Can beer companies learn to play nice?
At times, it seems that only pirates would be comfortable in the world of beer sales. It’s a cut-throat, competitive marketplace, in which the major breweries duke it out from the moment a bottle leaves on the delivery truck to the time it arrives on store shelves and in refrigerated cases.
But is the cost of competing distribution networks ultimately hurting beer makers? Yes, says Jim Koch, chairman of Boston Beer Company, the makers of Samuel Adams. Koch talked to The Wall Street Journal recently about how distributors could cut $2.5 billion in costs from the supply chain by removing “deliberate inefficiences.”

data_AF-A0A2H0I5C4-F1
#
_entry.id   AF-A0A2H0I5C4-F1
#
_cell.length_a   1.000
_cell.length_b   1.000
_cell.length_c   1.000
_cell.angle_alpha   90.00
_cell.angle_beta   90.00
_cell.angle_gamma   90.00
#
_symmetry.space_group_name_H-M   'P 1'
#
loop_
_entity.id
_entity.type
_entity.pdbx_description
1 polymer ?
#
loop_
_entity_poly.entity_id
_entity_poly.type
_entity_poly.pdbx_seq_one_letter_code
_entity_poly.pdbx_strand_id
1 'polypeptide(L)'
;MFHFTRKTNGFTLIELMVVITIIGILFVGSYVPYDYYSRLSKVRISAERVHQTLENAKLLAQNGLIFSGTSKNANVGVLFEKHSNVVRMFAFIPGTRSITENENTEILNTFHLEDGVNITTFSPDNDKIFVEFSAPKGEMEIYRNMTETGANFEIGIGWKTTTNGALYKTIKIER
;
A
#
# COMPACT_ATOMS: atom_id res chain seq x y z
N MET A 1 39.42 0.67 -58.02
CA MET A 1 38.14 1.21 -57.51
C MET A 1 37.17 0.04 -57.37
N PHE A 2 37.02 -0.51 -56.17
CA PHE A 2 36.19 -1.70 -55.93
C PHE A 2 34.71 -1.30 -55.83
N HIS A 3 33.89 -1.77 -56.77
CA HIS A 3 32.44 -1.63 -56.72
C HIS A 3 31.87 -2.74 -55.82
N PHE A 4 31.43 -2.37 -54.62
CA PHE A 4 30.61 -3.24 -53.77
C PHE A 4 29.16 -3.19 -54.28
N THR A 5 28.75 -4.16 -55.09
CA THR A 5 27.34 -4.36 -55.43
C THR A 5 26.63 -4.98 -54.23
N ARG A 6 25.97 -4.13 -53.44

Koch championed the idea of competitors sharing distribution services, such as warehouse space and delivery routes, in his speech at the National Beer Wholesalers’ annual convention. Even if the idea of shared space seems unlikely — try to imagine Schlafly and Boulevard arriving on the same truck — something has to give in a marketplace with 3,000 beer distributors.